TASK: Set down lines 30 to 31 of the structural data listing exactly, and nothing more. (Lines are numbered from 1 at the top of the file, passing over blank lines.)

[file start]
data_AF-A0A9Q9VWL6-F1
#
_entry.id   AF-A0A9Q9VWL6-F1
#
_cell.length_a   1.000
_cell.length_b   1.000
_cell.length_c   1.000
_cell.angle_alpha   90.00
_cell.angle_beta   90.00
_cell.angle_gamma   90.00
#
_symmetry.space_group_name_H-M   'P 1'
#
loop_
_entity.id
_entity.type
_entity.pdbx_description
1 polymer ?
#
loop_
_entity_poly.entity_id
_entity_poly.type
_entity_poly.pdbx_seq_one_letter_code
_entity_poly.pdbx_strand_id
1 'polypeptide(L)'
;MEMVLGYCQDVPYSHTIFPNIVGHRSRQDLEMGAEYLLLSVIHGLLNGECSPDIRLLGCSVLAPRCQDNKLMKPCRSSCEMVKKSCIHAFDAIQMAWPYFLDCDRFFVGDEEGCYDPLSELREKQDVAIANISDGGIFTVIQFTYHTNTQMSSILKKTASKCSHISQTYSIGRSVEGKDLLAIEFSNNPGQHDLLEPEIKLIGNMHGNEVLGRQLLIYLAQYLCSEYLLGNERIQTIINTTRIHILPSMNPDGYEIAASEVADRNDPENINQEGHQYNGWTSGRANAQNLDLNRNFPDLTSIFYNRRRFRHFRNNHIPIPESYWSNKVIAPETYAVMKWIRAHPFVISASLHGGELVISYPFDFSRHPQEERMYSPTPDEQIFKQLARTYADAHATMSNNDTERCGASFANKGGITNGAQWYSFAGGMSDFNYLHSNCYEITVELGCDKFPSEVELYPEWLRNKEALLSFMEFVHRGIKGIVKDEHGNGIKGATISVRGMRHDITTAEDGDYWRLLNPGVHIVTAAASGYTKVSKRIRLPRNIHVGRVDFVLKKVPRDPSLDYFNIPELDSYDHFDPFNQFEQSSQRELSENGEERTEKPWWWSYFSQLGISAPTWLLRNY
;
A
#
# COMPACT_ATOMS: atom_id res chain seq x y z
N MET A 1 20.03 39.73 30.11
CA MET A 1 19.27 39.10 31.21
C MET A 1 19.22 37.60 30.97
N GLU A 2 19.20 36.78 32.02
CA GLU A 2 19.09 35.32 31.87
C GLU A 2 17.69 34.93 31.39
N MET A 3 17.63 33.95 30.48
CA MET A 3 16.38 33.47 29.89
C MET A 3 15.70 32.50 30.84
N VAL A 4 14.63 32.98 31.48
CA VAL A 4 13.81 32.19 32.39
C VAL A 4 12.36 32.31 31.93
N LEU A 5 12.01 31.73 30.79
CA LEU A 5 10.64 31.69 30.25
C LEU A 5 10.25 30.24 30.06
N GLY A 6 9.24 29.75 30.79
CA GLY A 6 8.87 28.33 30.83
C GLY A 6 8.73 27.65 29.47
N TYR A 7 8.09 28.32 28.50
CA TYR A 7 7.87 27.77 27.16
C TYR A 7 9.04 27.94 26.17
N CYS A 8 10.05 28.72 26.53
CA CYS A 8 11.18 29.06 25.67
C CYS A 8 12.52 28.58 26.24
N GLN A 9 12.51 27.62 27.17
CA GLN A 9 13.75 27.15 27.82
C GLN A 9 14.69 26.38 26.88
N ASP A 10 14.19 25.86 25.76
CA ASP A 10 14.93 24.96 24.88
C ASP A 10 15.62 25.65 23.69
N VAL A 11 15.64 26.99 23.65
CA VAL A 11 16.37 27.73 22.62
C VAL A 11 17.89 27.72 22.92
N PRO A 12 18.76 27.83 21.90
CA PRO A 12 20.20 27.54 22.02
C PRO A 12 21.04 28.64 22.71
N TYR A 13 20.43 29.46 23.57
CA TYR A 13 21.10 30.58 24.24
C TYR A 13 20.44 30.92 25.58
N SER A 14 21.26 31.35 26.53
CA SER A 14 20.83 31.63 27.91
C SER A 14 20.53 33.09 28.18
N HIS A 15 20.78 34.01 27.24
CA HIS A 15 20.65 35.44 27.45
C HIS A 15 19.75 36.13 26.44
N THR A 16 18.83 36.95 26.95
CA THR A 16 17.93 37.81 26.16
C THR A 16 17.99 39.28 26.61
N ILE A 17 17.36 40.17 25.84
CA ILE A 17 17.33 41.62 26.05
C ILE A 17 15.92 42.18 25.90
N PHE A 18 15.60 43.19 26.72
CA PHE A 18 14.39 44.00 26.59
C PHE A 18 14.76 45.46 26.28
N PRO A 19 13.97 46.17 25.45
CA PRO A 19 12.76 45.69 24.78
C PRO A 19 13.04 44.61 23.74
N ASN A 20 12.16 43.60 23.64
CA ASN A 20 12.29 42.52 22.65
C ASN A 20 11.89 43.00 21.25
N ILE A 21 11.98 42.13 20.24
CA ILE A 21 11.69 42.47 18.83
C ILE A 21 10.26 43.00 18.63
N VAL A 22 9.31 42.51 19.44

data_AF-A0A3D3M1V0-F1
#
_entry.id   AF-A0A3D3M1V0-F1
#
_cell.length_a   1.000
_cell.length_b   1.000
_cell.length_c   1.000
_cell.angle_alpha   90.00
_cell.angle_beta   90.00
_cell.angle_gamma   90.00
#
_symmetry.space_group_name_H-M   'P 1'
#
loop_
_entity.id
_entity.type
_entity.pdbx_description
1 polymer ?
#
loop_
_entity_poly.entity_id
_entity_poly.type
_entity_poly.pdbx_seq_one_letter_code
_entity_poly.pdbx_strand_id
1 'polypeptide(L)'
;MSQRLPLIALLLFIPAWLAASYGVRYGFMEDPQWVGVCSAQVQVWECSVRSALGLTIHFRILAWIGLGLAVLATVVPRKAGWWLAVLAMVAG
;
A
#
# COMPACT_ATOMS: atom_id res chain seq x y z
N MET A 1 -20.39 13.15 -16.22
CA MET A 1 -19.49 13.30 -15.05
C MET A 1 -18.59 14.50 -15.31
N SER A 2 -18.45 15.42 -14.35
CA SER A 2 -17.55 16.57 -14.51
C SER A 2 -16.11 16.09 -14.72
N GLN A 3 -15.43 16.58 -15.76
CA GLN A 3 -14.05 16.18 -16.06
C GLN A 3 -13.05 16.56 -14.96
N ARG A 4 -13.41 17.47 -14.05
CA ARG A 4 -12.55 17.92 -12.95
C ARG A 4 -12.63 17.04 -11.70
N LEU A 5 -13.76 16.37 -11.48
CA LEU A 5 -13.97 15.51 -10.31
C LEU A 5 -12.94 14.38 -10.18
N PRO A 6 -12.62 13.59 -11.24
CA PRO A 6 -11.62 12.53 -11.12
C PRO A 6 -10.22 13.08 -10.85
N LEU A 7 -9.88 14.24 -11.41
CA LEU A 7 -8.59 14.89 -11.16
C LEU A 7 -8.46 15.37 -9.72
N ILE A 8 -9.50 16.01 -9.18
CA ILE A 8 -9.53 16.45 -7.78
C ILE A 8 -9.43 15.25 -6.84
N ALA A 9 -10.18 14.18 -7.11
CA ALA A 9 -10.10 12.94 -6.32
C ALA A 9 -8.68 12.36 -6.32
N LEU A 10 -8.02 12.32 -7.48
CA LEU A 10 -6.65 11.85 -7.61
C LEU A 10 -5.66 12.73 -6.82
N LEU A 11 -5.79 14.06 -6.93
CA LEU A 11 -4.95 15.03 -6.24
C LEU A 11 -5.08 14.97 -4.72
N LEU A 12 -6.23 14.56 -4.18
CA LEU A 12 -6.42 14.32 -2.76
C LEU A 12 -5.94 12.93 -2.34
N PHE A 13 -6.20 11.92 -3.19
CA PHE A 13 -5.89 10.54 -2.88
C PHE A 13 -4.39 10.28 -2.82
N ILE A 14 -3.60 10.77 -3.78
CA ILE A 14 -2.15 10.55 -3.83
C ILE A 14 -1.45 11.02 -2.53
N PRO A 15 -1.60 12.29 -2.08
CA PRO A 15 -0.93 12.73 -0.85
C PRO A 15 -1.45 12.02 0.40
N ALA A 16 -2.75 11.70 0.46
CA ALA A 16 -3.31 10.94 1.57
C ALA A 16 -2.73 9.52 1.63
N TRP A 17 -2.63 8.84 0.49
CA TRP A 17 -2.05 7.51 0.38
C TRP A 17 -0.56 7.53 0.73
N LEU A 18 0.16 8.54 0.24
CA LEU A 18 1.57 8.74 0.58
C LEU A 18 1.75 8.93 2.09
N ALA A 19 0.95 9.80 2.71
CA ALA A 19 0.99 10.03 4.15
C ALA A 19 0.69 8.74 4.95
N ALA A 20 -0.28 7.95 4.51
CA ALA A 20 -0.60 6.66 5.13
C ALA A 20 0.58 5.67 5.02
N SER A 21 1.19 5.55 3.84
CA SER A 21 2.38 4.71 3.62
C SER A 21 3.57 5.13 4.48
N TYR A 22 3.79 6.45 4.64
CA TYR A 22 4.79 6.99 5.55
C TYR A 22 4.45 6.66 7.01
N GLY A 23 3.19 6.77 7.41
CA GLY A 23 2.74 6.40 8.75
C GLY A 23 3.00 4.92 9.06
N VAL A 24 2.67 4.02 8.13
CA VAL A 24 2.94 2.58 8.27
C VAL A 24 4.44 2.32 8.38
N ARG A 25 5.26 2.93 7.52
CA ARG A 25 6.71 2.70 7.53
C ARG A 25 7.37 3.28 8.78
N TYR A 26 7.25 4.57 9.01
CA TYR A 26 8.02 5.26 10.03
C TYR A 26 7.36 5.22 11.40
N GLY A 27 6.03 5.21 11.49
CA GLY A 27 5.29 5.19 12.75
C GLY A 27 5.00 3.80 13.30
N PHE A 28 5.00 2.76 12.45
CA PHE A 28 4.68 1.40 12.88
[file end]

# COMPACT_ATOMS: atom_id res chain seq x y z
N MET A 1 20.03 39.73 30.11